You’ve heard it several times that some people fail drug tests when they are not weed smokers. The argument behind this is that they may have inhaled second-hand smoke and therefore got what is commonly referred to as a “contact high.” So, what exactly is a contact high, and does it really happen? This article answers that including whether or not you can fail a drug test for being in a room with someone who is smoking cannabis.
What Is Contact High?
Secondhand high and contact high are used interchangeably, meaning inhaling second-hand smoke. This happens when a sober person comes into close contact with someone who is smoking. Maybe you live with a smoker, or you attended a party where everyone else was smoking except you. That’s what’s called secondhand exposure, and people believe it can make you high.
Is It Possible To Get High After The Smoke Is Exhaled?
The National Institute on Drug Abuse (NIDA) claims that contact high is not a real thing but a psychological phenomenon. You can only get secondhand high if you’re exposed to extremely high conditions. According to the institute, extreme conditions that can make a non-smoker high can only happen when the smokers exhale the smoke right on her face in very copious amounts.
This means it’s almost impossible to get high on exhaled smoke. Very little THC is released back to the air when exhaled. NIDA argues that being in a room with people smoking for up to an hour does not get you high. Only up to 16 joints can start to exhibit some signs of getting you high.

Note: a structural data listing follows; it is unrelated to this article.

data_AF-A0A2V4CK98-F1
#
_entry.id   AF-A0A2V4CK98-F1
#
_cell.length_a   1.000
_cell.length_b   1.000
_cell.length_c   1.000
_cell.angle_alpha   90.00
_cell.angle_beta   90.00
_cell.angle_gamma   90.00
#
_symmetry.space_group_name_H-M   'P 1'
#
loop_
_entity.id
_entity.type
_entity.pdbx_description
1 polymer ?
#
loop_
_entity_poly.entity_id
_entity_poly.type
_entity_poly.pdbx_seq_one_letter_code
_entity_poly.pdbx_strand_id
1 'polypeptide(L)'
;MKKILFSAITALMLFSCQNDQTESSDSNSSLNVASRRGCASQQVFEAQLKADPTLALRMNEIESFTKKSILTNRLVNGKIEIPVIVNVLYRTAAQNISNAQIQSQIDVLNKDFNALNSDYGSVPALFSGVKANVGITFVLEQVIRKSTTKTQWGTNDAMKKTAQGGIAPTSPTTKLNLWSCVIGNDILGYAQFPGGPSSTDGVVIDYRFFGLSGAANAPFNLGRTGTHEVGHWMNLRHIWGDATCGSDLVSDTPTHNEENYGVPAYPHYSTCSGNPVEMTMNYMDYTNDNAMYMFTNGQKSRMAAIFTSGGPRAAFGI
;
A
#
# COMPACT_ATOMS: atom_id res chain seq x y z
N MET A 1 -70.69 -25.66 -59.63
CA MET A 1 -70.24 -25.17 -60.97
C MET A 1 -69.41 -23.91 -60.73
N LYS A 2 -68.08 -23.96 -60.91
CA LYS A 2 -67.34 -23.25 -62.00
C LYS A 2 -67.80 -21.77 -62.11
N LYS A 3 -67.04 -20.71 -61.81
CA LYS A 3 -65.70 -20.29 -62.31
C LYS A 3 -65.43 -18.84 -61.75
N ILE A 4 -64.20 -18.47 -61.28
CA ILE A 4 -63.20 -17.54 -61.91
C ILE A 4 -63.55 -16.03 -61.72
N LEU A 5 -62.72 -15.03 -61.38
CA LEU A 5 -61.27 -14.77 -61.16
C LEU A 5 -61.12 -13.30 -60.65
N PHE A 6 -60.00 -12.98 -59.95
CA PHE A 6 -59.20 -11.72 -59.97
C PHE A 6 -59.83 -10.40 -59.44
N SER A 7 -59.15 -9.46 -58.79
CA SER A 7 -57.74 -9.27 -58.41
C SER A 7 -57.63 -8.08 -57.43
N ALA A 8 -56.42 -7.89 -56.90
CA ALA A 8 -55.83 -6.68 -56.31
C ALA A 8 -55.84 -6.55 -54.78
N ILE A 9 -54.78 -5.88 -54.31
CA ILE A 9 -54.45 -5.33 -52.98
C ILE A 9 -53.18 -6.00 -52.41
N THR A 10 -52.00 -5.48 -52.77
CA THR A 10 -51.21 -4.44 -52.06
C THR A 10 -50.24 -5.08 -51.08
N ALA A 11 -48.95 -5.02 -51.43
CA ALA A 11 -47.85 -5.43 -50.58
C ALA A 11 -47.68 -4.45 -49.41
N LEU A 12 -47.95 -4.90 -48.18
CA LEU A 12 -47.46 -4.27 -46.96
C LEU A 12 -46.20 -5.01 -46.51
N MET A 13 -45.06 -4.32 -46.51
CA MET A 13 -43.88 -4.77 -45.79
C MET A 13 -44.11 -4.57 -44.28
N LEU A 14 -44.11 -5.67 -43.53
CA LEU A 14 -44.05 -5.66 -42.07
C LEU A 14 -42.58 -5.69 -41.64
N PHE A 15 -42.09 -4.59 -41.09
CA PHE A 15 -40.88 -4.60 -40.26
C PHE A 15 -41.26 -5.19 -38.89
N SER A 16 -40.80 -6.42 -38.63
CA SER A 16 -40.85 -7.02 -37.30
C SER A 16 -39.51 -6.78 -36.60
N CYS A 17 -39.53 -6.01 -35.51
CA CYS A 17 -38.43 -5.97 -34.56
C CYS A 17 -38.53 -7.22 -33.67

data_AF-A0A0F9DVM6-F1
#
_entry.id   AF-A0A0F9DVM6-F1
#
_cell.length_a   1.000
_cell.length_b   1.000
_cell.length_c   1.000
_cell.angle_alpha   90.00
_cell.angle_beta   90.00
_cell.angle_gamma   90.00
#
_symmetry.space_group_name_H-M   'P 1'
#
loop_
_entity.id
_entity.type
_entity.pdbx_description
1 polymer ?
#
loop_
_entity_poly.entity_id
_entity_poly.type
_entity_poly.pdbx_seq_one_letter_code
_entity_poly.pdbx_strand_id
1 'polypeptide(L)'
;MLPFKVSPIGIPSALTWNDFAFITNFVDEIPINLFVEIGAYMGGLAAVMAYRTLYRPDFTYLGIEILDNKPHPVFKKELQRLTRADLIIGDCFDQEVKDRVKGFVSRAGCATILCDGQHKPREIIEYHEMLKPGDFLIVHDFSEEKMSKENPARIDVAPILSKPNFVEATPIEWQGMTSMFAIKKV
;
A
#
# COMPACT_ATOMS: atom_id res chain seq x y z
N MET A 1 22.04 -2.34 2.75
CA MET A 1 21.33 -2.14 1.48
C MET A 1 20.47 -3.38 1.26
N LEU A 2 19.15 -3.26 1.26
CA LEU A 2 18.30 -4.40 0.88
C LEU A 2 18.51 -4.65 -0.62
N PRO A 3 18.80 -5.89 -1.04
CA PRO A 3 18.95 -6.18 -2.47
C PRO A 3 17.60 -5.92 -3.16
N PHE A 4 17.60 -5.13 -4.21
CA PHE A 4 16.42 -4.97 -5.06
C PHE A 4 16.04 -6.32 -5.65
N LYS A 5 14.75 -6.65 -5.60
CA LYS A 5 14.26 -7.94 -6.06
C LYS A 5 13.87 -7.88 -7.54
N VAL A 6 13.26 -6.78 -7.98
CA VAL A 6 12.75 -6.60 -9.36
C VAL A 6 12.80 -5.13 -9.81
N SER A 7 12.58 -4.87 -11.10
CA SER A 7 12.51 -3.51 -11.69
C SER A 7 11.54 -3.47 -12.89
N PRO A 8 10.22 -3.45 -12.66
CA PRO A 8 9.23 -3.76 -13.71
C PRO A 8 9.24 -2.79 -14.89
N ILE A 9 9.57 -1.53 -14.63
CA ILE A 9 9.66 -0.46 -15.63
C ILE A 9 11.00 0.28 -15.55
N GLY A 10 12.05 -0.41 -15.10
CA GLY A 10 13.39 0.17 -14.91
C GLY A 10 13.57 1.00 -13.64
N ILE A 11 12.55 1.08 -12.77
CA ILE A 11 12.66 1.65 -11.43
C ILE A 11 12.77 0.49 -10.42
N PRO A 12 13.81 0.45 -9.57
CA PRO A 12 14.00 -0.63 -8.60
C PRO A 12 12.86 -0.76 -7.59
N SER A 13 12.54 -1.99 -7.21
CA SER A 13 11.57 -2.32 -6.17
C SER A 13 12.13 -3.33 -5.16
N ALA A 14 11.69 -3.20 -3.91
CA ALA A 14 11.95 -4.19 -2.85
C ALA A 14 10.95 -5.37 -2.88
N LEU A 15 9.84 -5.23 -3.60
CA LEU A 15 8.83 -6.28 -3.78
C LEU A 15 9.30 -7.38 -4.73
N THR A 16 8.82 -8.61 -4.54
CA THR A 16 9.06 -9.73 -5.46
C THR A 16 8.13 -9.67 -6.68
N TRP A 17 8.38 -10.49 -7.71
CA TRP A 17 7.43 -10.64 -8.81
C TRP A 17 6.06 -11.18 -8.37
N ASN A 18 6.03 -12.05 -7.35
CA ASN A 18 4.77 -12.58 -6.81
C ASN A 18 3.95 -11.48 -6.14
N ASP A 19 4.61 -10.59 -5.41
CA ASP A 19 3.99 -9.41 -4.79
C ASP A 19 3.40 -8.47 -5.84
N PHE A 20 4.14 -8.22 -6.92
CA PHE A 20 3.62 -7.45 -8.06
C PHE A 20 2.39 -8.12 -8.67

What does the research say about secondhand highs?
There are a lot of studies that have been carried out about secondhand high, what it really means, and whether it happens. A study carried out by Johns Hopkins University concluded that exposure to extreme conditions of marijuana could make non-smokers high. Sitting in an unventilated room with smokers makes you start feeling the effects, and your urine or blood may test positive for THC.
Other researchers documented in the British Journal of Anesthesia 50% of THC plus other cannabinoids get to the smoke, and someone else can inhale them. However, experience smokers can hold up the smoke to the lungs, and all the cannabinoids enter their bloodstream with very little THC released in the air to be inhaled by a different person.
Other studies carried out in the 1980s suggest that cannabis has very little acute toxicity, and feeling the effects without inhaling directly is minimal. Other studies disagree with this conclusion and instead suggest that THC has undergone different cultivation techniques and technologies, and its potency from modern-day marijuana flowers are greater than the ones used in the 60s and 70s. However, several researchers still suggest that smoke from marijuana is less carcinogenic than that from cigarette; hence won’t get you high easily.
As long as you’re not in an unventilated room with heavy smokers, then you should worry less about a high amount of THC entering your system. It’s also unlikely to get high from smelling weed or passing through the remnants of secondhand weed. High contact is, therefore, possible but under extreme conditions. Sometimes you’ll only fe The National Institute on Drug Abuse (NIDA) claims that contact high is not a real thing but a psychological phenomenon. You can only get secondhand high if you’re exposed to extremely high conditions. According to the institute, extreme conditions that can make a non-smoker high can only happen when the smokers exhale the smoke right on her face in very copious amounts. el high because of the psychological effects, and you’re not going to fail a drug test for secondary exposure.